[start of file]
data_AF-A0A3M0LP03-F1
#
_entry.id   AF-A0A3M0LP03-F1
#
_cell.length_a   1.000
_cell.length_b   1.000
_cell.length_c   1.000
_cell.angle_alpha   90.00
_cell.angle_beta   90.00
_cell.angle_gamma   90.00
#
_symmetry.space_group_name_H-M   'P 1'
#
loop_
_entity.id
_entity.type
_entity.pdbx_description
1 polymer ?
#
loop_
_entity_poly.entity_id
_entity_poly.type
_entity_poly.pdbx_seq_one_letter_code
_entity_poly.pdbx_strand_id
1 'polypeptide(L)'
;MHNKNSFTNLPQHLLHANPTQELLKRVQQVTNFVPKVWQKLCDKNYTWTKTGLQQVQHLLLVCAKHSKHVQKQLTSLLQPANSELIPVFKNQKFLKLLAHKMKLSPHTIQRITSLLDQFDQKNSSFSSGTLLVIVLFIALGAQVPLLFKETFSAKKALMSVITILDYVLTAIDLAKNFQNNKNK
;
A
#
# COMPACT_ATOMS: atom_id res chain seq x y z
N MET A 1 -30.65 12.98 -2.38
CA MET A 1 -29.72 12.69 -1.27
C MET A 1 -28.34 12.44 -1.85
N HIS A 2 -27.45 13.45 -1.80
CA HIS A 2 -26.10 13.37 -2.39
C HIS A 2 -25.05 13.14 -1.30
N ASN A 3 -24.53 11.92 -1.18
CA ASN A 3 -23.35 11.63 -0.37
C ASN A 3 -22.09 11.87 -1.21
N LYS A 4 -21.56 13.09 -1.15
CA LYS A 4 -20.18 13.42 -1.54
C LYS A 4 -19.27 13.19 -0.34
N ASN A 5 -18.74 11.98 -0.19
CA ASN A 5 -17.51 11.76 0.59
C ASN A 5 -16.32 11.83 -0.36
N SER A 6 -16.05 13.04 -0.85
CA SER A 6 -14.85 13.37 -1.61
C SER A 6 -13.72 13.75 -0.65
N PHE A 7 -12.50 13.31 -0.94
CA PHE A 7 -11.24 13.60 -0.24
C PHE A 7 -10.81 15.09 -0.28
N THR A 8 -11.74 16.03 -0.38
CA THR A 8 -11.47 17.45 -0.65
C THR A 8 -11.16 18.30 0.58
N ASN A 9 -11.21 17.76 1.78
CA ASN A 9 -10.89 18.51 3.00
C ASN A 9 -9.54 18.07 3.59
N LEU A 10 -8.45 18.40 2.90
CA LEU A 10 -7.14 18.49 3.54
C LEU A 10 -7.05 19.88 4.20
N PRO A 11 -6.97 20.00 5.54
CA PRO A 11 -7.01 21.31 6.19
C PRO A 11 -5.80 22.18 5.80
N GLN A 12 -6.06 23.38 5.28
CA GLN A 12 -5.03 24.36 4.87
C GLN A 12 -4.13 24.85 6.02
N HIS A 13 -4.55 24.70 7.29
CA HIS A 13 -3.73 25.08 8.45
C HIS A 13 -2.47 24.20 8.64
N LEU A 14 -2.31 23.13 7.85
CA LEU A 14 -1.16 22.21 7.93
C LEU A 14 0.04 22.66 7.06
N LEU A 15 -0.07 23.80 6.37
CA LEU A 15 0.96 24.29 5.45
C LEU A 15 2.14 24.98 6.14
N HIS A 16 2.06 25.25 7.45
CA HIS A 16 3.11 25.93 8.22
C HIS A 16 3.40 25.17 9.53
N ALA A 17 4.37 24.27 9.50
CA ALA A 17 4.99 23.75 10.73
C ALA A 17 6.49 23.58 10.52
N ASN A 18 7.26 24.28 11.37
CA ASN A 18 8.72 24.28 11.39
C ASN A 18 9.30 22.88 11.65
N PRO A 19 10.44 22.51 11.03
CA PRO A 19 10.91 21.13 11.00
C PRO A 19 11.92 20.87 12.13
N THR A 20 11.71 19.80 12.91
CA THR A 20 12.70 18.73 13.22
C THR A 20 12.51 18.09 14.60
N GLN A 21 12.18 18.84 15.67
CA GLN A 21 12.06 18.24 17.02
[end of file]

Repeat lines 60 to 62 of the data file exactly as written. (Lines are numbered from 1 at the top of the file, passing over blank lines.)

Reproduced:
C LEU A 10 -7.05 19.88 4.20
N PRO A 11 -6.97 20.00 5.54
CA PRO A 11 -7.01 21.31 6.19